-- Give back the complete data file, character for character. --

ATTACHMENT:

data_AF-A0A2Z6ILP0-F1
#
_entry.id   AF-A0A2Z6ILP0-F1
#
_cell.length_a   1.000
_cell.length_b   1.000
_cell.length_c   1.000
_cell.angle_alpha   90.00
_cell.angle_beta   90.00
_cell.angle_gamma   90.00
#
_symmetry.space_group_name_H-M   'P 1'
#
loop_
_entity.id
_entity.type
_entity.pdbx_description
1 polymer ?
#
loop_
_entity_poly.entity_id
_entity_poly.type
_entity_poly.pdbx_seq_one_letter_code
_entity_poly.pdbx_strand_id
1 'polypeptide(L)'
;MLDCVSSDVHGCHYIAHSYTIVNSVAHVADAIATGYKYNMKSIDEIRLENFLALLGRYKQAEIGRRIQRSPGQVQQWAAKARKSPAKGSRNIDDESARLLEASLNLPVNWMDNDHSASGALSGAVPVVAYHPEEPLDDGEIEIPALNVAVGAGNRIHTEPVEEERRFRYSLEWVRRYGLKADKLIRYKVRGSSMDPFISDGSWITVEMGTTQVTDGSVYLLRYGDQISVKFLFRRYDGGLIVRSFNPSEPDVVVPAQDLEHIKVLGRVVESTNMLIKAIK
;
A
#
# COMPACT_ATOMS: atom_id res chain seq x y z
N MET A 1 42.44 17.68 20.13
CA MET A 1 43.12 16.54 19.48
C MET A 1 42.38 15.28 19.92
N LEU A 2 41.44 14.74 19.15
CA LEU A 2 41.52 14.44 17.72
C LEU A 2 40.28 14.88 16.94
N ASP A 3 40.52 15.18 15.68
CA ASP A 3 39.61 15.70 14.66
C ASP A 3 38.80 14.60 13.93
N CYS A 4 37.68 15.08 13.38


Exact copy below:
data_AF-A0A2Z6ILP0-F1
#
_entry.id   AF-A0A2Z6ILP0-F1
#
_cell.length_a   1.000
_cell.length_b   1.000
_cell.length_c   1.000
_cell.angle_alpha   90.00
_cell.angle_beta   90.00
_cell.angle_gamma   90.00
#
_symmetry.space_group_name_H-M   'P 1'
#
loop_
_entity.id
_entity.type
_entity.pdbx_description
1 polymer ?
#
loop_
_entity_poly.entity_id
_entity_poly.type
_entity_poly.pdbx_seq_one_letter_code
_entity_poly.pdbx_strand_id
1 'polypeptide(L)'
;MLDCVSSDVHGCHYIAHSYTIVNSVAHVADAIATGYKYNMKSIDEIRLENFLALLGRYKQAEIGRRIQRSPGQVQQWAAKARKSPAKGSRNIDDESARLLEASLNLPVNWMDNDHSASGALSGAVPVVAYHPEEPLDDGEIEIPALNVAVGAGNRIHTEPVEEERRFRYSLEWVRRYGLKADKLIRYKVRGSSMDPFISDGSWITVEMGTTQVTDGSVYLLRYGDQISVKFLFRRYDGGLIVRSFNPSEPDVVVPAQDLEHIKVLGRVVESTNMLIKAIK
;
A
#
# COMPACT_ATOMS: atom_id res chain seq x y z
N MET A 1 42.44 17.68 20.13
CA MET A 1 43.12 16.54 19.48
C MET A 1 42.38 15.28 19.92
N LEU A 2 41.44 14.74 19.15
CA LEU A 2 41.52 14.44 17.72
C LEU A 2 40.28 14.88 16.94
N ASP A 3 40.52 15.18 15.68
CA ASP A 3 39.61 15.70 14.66
C ASP A 3 38.80 14.60 13.93
N CYS A 4 37.68 15.08 13.38